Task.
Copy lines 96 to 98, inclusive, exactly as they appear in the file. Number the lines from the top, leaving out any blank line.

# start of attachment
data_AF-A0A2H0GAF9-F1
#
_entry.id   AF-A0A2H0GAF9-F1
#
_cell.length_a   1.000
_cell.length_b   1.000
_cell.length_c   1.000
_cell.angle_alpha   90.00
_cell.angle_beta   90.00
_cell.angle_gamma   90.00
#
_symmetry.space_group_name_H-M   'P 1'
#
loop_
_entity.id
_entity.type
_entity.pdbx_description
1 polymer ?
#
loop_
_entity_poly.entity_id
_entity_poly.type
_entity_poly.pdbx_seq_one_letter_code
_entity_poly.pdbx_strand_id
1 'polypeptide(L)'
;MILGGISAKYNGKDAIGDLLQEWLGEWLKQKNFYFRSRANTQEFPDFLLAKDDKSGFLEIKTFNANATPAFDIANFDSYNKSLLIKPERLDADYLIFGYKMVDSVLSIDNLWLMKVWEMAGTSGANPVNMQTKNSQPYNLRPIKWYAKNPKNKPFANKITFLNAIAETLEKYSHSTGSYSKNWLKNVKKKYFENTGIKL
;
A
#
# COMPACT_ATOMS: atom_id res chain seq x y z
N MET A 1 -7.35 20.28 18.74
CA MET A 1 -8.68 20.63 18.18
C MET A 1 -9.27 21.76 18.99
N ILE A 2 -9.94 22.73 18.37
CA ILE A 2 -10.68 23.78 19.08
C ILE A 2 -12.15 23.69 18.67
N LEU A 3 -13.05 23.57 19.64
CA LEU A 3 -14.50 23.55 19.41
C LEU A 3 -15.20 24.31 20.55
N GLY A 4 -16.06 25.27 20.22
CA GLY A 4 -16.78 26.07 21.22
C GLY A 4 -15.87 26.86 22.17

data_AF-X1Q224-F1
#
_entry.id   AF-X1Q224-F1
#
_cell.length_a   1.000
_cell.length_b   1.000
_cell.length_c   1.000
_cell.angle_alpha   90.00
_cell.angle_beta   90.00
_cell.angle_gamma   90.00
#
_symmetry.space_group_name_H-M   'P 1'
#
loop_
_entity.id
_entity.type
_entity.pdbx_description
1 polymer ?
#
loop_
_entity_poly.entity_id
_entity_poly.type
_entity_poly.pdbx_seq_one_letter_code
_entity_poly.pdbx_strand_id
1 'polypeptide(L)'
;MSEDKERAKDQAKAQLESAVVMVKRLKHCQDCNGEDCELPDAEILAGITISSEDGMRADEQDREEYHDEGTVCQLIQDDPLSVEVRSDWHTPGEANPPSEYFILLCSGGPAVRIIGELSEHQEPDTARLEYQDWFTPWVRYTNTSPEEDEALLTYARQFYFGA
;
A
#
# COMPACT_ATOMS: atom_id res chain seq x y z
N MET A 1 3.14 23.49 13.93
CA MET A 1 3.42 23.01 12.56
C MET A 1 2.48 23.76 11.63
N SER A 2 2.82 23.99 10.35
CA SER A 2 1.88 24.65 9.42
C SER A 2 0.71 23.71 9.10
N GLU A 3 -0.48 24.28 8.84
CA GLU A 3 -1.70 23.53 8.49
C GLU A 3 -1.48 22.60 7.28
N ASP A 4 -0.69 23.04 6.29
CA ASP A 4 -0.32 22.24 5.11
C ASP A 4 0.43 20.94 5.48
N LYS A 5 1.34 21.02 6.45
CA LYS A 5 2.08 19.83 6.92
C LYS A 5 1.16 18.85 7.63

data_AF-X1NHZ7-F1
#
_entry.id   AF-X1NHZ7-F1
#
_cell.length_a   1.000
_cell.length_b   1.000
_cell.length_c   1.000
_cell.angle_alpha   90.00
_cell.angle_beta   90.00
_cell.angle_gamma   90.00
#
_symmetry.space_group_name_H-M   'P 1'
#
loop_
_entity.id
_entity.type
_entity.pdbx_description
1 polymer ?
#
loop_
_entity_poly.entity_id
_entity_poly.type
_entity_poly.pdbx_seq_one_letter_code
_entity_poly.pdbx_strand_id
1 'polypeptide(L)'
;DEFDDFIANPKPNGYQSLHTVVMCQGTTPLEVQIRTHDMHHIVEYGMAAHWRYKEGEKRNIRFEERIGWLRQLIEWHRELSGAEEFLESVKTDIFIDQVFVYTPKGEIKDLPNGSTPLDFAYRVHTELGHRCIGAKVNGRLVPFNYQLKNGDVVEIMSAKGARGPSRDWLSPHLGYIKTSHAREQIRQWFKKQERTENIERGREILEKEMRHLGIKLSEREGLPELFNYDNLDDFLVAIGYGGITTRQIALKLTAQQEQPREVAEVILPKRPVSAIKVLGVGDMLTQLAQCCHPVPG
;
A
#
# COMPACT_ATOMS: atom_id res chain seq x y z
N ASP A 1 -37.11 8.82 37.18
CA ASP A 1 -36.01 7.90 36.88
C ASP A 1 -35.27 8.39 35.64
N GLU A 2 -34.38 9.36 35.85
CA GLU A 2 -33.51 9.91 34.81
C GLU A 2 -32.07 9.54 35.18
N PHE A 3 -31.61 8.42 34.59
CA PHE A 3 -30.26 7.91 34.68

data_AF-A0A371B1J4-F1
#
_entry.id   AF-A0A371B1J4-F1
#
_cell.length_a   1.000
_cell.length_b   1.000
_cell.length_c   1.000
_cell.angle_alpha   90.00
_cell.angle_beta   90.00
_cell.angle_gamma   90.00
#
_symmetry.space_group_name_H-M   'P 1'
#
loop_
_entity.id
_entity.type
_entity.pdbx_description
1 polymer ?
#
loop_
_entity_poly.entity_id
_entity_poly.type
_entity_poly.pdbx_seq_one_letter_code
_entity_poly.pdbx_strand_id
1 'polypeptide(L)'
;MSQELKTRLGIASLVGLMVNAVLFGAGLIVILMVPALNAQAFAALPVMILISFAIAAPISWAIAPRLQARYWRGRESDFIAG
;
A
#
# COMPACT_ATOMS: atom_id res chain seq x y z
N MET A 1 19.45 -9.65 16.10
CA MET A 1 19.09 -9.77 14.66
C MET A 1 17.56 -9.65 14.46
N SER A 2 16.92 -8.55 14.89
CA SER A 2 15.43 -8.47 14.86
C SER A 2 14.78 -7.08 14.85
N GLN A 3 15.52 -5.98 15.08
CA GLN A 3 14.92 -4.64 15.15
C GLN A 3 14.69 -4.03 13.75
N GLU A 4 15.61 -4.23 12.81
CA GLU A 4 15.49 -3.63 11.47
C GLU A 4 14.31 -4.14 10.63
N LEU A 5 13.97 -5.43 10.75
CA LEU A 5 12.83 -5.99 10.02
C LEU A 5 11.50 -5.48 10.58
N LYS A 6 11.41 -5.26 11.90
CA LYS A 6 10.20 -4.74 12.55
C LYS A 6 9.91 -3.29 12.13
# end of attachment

_cell.angle_beta   90.00
_cell.angle_gamma   90.00
#